I'm not sure why anyone would submit to congressional testimony if they can reasonably expect it to be hostile.

  3. Broccoli:

    The issue is that she did testify and then pleaded the fifth to avoid what was in essence cross-examination. I don't think they can compel her to testify, but they can hold her in contempt for violating the rules around using the Fifth.
    So the issue is around did she violate the established precedents in using the fifth to an extent that a comtempt charge is justified. In essence she is potentially in contempt of court not for pleading the fifth, but for offering testimony (in her favor) and also trying to plead the fifth. You can't present exculpatory evidence or statements and then refuse cross examination. She should have not said anything and plead the fifth, and there would be no issue.

  4. Not that stupid:

    Follow the money. Lerner is protecting her pension.

  5. dmon:

    Um... you people do understand the difference between the government compelling a private citizen to testify concerning private activity and the government compelling a government official to testify concerning actions taken as an agent of the government, right?

  6. treeher:

    See dmon's comment above

  7. treeher:

    Are you after Lerner, or after those above her? She's obviously not gonna talk, so in the short term she is being used for political purposes - broadcast the spectacle of her pleading the 5th. After a time, give her immunity if you think you can get the goods on any higher ups.

  8. mlhouse:

    The problem is that the Republicans have been burned going down the immunity path before. See Webster Hubbell etc al.
    What is amazing is that a member of the Obama Administration can go in front of Congress, refuse to testify by pleading the 5th Amendment, and HALF the country can convince themselves that there isn't a scandal.

  9. mesaeconoguy:

    The problem is Lois Lerner just gave testimony to DOJ, after taking the Fifth in front of Congress.

    The DC Circuit does not recognize the waiver of the Fifth Amendment privilege at one proceeding not carrying over to another proceeding, which is the configuration everywhere else.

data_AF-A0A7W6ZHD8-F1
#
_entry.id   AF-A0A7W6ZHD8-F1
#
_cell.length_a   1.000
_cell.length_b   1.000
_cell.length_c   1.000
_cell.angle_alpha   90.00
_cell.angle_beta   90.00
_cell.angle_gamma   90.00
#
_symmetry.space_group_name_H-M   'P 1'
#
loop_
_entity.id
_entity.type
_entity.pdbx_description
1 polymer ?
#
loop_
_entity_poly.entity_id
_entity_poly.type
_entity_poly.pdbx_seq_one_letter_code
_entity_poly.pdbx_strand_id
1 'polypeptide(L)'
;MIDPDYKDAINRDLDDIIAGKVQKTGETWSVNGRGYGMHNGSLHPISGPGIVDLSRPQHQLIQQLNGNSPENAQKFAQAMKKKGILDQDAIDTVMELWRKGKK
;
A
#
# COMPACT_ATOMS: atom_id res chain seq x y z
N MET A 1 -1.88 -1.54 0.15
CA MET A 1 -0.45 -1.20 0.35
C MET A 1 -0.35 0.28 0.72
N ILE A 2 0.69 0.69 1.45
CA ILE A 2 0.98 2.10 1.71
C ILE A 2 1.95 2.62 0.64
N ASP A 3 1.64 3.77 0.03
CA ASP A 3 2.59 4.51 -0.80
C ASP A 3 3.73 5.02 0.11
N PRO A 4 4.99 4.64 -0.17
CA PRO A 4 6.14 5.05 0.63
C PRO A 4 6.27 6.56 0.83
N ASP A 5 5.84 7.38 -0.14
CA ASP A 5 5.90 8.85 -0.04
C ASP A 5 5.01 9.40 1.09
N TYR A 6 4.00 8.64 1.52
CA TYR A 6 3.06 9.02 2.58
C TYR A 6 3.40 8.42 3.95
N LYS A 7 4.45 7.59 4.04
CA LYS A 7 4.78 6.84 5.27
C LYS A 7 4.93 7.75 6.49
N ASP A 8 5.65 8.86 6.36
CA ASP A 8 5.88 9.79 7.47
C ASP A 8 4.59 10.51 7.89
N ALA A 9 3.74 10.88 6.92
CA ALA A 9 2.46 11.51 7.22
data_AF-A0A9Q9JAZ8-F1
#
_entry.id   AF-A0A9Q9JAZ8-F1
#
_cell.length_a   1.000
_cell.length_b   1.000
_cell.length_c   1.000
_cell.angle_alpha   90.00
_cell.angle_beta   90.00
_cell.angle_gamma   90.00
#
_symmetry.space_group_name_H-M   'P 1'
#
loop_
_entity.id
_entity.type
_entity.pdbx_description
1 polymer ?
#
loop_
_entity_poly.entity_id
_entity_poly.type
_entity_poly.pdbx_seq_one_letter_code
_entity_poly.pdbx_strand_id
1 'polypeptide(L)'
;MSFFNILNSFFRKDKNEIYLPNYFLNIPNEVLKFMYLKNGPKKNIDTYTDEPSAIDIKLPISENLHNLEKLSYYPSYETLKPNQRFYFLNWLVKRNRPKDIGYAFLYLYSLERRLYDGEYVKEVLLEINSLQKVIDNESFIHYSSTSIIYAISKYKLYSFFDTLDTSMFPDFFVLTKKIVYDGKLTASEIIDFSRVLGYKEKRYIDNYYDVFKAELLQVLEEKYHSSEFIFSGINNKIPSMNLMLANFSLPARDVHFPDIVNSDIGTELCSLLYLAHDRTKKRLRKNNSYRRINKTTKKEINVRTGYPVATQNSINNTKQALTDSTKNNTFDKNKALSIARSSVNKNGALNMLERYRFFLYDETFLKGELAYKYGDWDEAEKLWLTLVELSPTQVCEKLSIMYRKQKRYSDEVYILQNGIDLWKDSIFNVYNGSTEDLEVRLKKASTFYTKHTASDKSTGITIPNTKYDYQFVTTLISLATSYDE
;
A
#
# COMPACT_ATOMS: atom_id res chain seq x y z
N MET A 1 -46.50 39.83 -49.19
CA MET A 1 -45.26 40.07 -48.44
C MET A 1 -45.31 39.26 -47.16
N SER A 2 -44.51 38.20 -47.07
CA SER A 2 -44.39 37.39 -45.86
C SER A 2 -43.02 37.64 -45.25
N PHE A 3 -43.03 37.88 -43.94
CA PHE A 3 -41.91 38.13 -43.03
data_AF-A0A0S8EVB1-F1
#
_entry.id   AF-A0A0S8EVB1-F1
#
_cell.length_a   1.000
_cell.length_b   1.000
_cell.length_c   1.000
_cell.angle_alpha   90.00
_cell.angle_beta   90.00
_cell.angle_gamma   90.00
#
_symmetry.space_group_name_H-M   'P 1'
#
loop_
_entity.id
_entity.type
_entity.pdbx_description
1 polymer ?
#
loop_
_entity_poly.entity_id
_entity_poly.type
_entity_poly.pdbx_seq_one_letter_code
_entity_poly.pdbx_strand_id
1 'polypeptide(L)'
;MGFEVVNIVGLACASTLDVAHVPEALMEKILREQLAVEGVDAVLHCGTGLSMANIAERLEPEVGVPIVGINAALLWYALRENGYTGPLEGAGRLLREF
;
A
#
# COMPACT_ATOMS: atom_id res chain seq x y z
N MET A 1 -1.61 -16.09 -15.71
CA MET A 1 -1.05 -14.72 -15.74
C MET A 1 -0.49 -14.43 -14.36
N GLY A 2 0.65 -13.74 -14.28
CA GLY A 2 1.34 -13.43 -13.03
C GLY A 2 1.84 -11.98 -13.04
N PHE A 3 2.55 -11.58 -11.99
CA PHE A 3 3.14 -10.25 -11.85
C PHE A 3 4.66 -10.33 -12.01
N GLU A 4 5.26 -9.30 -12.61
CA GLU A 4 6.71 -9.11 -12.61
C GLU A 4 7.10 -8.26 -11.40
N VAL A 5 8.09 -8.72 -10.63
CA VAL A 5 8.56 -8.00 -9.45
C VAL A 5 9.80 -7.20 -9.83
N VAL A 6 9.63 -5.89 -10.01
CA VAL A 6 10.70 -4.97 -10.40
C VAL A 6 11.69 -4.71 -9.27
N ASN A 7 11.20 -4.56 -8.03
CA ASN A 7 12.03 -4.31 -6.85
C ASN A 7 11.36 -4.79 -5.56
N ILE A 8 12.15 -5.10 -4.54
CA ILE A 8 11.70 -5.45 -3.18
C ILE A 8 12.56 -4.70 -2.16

That means because Lerner waived her Fifth Amendment privilege with DOJ, she may be held in contempt, with court enforcement.

    More here:

  10. herdgadfly:

    If the testimony and documents collected thus far provide proof that the IRS acted illegally by discriminating against conservative non-profit organizations, what possible use is there to parading Lerner and her lawyer before a House subcommittee that does not have the power to convict.

    The only power that the House has is the power to impeach government officials, so lets get on with it. Start with the SecTreas and work on down to Lois Lerner and her ilk. Then the Republican House can have at Justice for gun-running and murder.

  11. wreckinball:

    What complicates the argument is that she already has admitted to the use of IRS for targeting conservative groups. The whole thing started out with that admission (at a press conference) which led to her eventual convenient "early retirement".

    Thus she has already admitted to in appropriate use of the IRS. It should no longer be a partisan issue to inquire what else and who else was involved.

  12. xtmar:

    If you read through the article and the comments a bit more, you will see that this is addressed. If she is compelled to testify, it doesn't matter if she is a government employee or not. Indeed, it is specifically pointed out that chips are compelled to testify in internal affairs investigations, with the cynical motive that it helps inoculate them against prosecution.

    What is more promising, I think, is arguing that she waived her fifth amendment rights by testifying to some extent already, though that's apparently something of a legal gray area.

  13. Nehemiah:

    Not even a Smidgeon of a scandal

  14. Nehemiah:

    John Boehner is AWOL on this. A special joint congressional committee would have subpoena power. Why can't we get a Special Prosecutor appointed?